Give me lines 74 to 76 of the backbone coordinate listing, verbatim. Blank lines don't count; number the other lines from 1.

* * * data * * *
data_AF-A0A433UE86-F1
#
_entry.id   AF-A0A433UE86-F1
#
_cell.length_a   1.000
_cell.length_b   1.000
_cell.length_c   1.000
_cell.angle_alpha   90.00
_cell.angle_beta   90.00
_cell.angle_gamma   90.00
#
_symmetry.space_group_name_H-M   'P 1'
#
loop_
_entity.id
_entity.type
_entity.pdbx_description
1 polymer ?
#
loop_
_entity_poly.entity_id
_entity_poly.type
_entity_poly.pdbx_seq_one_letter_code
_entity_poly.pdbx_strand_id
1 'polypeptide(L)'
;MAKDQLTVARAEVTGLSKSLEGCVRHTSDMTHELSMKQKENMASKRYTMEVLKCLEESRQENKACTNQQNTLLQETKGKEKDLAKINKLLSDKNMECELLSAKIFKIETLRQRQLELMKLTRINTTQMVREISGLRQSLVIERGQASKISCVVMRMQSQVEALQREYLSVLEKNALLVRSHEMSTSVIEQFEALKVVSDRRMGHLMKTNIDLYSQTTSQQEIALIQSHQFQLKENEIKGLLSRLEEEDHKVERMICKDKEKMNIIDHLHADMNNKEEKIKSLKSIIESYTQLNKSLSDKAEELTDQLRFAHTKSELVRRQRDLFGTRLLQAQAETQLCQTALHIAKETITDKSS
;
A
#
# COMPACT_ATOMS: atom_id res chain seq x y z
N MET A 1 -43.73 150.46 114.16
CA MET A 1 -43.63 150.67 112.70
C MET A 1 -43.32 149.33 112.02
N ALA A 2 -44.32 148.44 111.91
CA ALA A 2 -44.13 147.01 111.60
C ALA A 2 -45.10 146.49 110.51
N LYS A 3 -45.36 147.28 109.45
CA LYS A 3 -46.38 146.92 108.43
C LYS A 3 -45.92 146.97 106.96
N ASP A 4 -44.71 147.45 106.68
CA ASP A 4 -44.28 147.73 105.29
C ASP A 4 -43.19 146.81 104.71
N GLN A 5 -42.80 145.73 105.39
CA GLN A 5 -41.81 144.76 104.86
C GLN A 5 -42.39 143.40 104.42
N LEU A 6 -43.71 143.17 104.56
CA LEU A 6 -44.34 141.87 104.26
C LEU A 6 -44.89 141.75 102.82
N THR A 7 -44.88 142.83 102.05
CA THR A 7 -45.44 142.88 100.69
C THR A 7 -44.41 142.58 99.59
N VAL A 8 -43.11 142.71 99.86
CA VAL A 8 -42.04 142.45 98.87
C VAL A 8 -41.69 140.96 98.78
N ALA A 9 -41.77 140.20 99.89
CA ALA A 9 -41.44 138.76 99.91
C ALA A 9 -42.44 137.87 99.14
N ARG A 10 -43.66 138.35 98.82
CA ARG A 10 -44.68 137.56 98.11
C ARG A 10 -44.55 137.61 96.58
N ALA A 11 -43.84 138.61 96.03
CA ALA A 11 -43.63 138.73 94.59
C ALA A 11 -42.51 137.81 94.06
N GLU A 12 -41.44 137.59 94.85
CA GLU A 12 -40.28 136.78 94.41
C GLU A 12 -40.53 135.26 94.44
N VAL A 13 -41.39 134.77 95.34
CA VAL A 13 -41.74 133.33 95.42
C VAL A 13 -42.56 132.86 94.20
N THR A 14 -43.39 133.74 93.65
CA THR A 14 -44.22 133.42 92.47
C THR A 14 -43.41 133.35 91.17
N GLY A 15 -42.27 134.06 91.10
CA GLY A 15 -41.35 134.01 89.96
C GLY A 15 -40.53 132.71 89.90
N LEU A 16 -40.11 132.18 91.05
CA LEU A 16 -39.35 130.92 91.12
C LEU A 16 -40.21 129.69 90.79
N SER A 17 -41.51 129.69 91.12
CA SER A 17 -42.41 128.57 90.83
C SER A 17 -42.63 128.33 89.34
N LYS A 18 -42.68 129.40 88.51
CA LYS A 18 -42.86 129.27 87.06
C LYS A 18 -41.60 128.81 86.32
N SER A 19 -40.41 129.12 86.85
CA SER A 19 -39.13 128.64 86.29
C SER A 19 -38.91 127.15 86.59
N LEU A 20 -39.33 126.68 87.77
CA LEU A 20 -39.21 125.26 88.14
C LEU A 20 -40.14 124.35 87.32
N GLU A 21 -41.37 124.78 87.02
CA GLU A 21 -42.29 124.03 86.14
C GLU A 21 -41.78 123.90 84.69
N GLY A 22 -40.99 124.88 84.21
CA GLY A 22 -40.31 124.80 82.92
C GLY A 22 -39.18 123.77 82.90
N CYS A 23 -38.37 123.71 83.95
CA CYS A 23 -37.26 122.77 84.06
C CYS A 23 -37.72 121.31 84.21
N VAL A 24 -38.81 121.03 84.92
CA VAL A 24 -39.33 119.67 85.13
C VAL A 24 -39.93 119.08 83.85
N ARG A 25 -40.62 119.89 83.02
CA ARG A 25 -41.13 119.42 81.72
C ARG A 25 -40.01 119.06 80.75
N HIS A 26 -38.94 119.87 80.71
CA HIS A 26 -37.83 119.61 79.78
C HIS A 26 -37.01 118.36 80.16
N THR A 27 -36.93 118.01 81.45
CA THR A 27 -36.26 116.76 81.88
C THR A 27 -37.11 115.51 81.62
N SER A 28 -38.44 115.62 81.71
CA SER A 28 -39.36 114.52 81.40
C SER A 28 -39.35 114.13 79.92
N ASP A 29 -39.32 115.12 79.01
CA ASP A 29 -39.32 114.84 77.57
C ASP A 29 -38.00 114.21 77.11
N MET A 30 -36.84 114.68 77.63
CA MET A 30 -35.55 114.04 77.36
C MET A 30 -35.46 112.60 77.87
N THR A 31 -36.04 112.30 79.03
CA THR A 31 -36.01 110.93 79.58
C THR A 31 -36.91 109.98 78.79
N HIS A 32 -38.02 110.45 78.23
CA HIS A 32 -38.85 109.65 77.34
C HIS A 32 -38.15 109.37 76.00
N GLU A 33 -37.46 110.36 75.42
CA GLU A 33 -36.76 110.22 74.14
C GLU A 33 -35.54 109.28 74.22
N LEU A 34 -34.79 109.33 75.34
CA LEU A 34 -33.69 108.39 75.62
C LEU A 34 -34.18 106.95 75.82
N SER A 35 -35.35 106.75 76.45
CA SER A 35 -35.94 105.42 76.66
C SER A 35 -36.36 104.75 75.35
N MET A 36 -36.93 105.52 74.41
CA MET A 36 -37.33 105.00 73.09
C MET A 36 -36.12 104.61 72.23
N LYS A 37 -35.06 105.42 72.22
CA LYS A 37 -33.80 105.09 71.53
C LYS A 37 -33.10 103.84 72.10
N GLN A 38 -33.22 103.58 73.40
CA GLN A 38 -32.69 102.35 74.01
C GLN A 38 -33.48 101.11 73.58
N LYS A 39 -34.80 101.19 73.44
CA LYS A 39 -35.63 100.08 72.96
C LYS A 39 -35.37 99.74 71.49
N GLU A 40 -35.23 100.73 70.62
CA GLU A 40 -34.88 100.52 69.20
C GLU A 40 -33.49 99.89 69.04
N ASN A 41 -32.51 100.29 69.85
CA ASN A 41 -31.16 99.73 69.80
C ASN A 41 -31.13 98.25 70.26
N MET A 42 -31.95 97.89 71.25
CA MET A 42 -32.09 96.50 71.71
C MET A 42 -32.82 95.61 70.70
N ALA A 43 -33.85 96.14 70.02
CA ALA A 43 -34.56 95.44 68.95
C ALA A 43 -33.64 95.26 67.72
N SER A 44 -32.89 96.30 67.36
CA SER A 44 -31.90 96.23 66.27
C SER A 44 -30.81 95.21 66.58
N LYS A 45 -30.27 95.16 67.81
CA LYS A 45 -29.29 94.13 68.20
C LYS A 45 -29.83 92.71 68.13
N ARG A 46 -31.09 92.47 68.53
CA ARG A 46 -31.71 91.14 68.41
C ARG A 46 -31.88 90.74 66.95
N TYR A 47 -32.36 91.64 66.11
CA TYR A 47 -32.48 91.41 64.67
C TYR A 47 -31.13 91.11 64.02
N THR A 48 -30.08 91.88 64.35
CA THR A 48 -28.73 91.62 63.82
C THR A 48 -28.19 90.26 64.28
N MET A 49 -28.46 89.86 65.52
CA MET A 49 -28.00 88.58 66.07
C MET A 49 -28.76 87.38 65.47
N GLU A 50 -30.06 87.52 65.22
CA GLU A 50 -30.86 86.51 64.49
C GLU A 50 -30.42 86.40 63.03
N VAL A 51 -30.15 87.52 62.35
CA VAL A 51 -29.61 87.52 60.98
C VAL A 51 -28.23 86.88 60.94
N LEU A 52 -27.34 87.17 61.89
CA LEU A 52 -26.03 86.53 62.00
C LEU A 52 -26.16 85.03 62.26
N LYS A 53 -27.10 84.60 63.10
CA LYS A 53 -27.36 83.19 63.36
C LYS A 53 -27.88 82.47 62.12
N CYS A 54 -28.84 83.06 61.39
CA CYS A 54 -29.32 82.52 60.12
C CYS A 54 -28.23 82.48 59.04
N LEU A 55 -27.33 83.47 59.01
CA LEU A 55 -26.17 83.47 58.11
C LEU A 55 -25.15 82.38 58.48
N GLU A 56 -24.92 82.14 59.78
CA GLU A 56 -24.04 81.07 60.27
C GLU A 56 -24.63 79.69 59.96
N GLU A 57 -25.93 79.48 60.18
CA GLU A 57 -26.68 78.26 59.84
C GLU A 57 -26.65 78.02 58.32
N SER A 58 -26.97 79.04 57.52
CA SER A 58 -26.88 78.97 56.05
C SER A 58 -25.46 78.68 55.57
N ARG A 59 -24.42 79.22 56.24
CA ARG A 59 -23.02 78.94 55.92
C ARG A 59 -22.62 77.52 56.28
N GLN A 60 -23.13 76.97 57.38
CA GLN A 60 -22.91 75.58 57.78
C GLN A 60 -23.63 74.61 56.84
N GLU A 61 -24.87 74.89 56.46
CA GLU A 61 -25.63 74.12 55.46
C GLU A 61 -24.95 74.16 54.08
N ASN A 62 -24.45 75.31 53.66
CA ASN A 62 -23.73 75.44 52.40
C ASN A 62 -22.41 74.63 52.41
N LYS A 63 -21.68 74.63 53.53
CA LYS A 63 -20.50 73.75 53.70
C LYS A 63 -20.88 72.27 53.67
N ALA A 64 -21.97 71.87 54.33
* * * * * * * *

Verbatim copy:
CA GLY A 15 -41.35 134.01 89.96
C GLY A 15 -40.53 132.71 89.90
N LEU A 16 -40.11 132.18 91.05